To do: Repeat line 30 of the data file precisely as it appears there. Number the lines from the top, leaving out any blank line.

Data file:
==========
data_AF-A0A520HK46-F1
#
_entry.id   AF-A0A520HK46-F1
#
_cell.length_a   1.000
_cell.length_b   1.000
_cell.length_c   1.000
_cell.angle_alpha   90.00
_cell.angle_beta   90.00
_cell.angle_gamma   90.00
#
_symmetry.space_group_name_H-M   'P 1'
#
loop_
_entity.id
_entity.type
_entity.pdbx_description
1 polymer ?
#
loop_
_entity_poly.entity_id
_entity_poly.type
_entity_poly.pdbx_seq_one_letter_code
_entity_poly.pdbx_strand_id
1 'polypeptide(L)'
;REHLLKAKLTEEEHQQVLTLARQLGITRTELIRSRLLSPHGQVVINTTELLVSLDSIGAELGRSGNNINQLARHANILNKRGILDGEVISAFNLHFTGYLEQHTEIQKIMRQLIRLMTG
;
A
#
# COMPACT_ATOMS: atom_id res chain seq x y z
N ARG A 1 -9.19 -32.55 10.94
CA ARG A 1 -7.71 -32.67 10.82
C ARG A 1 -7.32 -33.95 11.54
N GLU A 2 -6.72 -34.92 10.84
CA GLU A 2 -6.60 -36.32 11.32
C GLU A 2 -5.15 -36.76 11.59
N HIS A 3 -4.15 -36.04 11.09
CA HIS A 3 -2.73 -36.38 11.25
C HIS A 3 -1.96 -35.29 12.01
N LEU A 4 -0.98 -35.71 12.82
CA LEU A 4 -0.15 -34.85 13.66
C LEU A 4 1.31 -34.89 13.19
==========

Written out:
# COMPACT_ATOMS: atom_id res chain seq x y z